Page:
BlogPulse is a blog search engine with several complementary tools such as Trend Search and Conversion Tracker that analyzes data it collects.

Monitter is a real-time Twitter monitor for up to three keywords at a time.

TweetBeep provides hourly Twitter alerts via e-mail on specific keywords, people and links.

Twitter Search searches all Twitter activity for keywords, links or user activity in real time.

WhoLinksToMe is a link search tool tracking backlinks making them sortable by anchor text, origination, and target URL. Links can be imported from Google Webmaster Tools for enhanced analysis.

Having a plan in place to address negative feedback is important when dealing with online reputation management. By monitoring public perception you will be able to evaluate and act should your online reputation come under fire.

At the end of the day, all you have in the community is your good name and reputation. Do what you can to protect it.

To review Bill Lewis’ entire consumer protection series at the Highlands Today, visit http://www.williamlewis.us.

William E. Lewis Jr. & Associates is a solutions based professional consulting firm specializing in the discriminating individual, business or governmental entity. To learn more, tune into The Credit Report with Bill Lewis, on AM 1470 WWNN.

The Credit Report with Bill Lewis, as reported in the Highlands Today, a Media General Group publication: http://www2.highlandstoday.com/content/2011/jan/30/managing-your-online-reputation/

Debt collection lawsuits on the rise – know your rights


Fair Debt Collection Practices Act (FDCPA) lawsuits are expected to reach an estimated 11,750 cases by the end of 2010. Up 42 percent from the previous record of 8,287 last year, 877 different debt collection agencies and creditors were named in 977 distinct consumer statute lawsuits in May.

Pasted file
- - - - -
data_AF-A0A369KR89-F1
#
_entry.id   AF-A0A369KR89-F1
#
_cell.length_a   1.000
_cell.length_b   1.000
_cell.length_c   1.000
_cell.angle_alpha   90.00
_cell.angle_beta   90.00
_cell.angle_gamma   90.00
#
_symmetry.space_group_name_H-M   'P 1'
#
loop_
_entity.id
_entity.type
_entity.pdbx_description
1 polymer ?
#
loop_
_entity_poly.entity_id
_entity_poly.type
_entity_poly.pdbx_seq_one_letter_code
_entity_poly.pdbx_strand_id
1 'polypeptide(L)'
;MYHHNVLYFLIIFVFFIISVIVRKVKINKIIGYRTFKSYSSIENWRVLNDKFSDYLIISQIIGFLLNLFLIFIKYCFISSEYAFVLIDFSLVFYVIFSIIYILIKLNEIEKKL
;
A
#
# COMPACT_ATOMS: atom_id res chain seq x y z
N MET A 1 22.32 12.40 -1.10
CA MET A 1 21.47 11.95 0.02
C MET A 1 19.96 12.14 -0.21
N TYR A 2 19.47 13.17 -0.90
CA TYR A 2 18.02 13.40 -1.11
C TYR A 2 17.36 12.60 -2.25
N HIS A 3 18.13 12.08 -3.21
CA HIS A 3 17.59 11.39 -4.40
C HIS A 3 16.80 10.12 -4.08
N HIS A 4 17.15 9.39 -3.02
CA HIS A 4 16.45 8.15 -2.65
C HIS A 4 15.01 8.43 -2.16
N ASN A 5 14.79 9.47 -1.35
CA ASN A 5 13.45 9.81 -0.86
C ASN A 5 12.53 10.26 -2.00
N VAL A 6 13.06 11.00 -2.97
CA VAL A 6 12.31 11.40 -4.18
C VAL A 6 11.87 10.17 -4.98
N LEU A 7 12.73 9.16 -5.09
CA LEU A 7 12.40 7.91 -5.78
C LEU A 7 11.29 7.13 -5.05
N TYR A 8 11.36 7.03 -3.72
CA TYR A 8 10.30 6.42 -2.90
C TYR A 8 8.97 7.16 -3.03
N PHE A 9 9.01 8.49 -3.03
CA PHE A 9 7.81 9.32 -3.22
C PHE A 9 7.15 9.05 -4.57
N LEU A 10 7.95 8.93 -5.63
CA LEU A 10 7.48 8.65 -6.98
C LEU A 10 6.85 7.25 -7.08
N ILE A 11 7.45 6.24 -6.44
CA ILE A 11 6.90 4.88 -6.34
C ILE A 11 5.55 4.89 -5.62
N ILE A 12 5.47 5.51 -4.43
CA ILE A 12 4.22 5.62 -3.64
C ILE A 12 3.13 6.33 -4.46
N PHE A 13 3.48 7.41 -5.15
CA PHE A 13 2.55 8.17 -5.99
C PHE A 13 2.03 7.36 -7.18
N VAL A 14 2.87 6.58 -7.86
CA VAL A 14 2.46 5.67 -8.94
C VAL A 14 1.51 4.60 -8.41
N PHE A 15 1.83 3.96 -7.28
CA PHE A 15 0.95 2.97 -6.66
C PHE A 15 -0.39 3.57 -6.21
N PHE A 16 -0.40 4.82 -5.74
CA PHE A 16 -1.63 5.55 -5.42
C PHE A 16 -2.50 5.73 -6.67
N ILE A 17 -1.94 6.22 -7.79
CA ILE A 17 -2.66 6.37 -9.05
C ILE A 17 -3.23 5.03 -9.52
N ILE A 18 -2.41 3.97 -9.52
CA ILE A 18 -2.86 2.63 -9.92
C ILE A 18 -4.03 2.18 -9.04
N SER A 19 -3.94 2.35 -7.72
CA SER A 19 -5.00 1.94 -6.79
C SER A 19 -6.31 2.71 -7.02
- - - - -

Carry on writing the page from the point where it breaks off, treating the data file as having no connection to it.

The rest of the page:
Although there is no specific reason for the increasing pace of litigation, several factors have contributed to this growth industry. Whether it is consumer advocacy websites that educate debtors or the aggressive attorneys that encourage litigation, some experts suggest that a tough economy, stricter laws, and negative media coverage have fueled the fire.

Many consumer complaints relate to violations of FDCPA provisions that are no different today than when they were enacted in 1977. Abusive language, threats of violence or of sending debtors to jail and third-party disclosure are among the abuses consumers claim debt collectors engage in while attempting to collect a debt.

Other practices consumers complain of include the attempted forced payment on time-barred debts, debts discharged in bankruptcy and debts not owed by the individual contacted. Each of these actions has been illegal since the Fair Debt Collection Practices Act was enacted more than three decades ago.

Many debt collectors have no knowledge of the circumstances surrounding the original debt, including whether the underlying debt is legitimate. Many debt collectors purchase accounts that have been written off by creditors for pennies on the dollar. Original creditors are supposed to “scrub” their portfolios, removing disputed accounts, accounts related to identity theft, accounts belonging to deceased debtors and accounts discharged in bankruptcy, before assigning them to a third-party debt collector. When creditors fail to scrub these accounts, the result may be an attempted collection of debts not legally subject to collection.

As technology has improved, the Fair Debt Collection Practices Act has not. As the FDCPA was enacted prior to the emergence of cell phones, e-mail and auto dialers, it remains unclear whether and how the law applies. Under the FDCPA, creditors may not cause a phone to ring repeatedly for the purpose of harassing debtors, nor may they place calls without meaningful disclosure of the callers’ identities. The concept of auto-dialing has led to excessive contacts and thousands of complaints to the Federal Trade Commission.

Another debt collection abuse arising from technological advancement is finding and using debtors’ cell phone numbers to contact them, in some cases imposing a per call charge on the consumer. The use of overseas agents as debt collectors, something unheard of when the FDCPA became law, is also responsible for many of the harassment complaints.